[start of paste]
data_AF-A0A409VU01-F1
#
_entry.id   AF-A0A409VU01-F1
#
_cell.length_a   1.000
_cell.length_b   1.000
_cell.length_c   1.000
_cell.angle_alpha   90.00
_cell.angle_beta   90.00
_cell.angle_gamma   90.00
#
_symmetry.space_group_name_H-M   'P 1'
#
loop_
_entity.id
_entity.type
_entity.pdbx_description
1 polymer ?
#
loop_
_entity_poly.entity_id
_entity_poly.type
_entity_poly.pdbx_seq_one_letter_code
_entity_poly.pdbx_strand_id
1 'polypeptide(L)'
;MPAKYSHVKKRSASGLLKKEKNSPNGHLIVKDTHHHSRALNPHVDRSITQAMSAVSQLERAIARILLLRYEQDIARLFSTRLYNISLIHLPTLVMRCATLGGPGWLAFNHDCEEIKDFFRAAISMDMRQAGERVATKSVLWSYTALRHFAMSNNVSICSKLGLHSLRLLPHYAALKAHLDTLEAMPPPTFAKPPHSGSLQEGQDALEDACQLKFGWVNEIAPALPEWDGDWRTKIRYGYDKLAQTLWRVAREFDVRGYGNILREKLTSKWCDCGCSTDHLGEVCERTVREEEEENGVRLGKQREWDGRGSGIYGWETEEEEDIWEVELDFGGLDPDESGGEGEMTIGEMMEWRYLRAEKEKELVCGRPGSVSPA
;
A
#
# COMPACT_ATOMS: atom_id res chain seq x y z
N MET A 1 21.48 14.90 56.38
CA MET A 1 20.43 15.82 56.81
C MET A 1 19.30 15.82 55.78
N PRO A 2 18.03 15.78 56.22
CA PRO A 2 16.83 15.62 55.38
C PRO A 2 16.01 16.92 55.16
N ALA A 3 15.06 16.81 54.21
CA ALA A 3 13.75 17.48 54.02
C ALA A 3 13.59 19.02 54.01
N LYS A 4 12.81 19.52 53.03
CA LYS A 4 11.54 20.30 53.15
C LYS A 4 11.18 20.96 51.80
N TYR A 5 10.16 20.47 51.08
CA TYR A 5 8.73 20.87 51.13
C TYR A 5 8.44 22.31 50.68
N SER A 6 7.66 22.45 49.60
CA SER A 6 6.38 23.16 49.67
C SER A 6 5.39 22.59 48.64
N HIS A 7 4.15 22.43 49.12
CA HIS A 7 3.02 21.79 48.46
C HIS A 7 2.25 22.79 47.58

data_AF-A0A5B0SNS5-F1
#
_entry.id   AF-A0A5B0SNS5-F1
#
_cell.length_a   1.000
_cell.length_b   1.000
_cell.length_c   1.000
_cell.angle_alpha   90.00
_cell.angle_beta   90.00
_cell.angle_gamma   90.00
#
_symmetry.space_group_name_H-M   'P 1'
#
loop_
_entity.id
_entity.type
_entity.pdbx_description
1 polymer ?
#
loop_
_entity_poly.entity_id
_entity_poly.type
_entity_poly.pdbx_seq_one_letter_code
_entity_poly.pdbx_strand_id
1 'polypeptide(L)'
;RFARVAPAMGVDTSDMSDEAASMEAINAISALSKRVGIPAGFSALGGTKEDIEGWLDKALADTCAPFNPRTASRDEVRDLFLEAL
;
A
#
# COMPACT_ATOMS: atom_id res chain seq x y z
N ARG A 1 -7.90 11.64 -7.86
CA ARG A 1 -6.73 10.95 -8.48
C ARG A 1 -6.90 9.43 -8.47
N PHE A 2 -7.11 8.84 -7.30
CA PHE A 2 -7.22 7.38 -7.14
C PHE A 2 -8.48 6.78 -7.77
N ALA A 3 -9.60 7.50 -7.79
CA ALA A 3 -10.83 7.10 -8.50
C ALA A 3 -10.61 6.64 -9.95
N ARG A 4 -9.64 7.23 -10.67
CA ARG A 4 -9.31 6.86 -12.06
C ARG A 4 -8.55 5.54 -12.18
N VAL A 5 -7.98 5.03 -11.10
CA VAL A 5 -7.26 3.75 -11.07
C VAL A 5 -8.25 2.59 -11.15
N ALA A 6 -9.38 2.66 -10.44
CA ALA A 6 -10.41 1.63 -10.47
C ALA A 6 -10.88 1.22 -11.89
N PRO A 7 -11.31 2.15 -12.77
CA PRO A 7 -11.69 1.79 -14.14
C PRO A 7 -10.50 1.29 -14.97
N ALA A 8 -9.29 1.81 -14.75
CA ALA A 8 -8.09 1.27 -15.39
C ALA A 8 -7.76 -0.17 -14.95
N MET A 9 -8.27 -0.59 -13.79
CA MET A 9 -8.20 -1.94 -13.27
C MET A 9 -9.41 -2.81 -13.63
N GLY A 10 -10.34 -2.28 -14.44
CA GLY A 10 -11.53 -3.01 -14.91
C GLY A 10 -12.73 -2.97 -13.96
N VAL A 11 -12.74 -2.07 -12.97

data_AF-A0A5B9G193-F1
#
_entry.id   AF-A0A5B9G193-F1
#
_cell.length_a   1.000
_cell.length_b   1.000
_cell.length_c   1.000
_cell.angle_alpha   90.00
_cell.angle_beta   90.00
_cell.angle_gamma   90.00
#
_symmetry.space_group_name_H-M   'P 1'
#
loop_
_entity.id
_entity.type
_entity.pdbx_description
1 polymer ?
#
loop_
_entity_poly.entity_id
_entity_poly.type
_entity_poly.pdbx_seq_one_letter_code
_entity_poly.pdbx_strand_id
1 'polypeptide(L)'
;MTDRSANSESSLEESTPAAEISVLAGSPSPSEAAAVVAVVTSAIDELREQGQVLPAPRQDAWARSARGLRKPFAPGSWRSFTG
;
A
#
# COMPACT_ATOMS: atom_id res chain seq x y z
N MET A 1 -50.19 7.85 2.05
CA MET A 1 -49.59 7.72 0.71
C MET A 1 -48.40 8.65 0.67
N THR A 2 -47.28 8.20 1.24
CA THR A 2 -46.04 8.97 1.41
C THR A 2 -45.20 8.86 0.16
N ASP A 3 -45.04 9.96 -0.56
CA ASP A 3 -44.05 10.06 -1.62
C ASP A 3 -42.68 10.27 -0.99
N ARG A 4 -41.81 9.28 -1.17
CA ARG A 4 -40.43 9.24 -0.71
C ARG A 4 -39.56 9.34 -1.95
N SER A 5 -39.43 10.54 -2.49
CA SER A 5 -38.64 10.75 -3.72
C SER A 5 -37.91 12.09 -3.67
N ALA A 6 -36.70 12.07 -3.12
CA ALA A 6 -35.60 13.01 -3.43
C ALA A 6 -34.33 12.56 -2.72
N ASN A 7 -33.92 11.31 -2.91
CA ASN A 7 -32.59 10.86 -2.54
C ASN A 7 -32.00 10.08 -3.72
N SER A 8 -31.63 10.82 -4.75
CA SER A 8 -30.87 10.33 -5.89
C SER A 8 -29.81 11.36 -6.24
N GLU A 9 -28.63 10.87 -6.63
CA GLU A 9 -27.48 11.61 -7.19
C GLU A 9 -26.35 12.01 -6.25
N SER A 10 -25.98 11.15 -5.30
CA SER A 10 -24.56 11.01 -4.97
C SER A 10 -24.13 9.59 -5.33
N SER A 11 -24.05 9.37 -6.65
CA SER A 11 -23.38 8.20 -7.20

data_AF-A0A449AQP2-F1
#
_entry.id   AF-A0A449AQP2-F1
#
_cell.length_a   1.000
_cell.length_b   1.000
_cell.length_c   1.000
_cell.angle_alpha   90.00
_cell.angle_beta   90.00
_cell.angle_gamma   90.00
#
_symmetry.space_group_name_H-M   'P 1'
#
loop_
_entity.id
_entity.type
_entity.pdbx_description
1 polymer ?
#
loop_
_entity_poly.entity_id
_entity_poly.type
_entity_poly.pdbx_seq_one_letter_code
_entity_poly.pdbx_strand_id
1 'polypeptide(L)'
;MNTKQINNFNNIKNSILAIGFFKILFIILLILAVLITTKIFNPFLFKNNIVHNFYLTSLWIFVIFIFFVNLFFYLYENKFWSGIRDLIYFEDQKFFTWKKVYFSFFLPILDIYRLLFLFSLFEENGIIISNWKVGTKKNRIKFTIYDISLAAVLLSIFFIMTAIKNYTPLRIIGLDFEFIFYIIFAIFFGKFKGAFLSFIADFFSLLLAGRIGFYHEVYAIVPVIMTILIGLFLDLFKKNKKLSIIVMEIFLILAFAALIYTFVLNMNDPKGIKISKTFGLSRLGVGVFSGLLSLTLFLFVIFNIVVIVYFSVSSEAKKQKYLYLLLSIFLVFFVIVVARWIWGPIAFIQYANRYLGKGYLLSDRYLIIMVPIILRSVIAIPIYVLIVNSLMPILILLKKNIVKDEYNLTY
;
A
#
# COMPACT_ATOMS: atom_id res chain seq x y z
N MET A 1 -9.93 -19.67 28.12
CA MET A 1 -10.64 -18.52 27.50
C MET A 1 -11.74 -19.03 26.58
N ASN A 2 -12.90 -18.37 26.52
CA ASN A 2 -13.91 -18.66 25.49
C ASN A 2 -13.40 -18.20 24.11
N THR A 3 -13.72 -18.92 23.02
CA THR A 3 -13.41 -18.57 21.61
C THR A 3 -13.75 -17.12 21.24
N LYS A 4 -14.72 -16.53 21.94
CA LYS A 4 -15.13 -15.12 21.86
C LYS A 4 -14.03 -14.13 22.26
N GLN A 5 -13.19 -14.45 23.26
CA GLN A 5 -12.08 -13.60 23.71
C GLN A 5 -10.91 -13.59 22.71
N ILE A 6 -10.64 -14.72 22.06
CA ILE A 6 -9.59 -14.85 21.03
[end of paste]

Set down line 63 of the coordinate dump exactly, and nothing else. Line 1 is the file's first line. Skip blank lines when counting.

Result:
_symmetry.space_group_name_H-M   'P 1'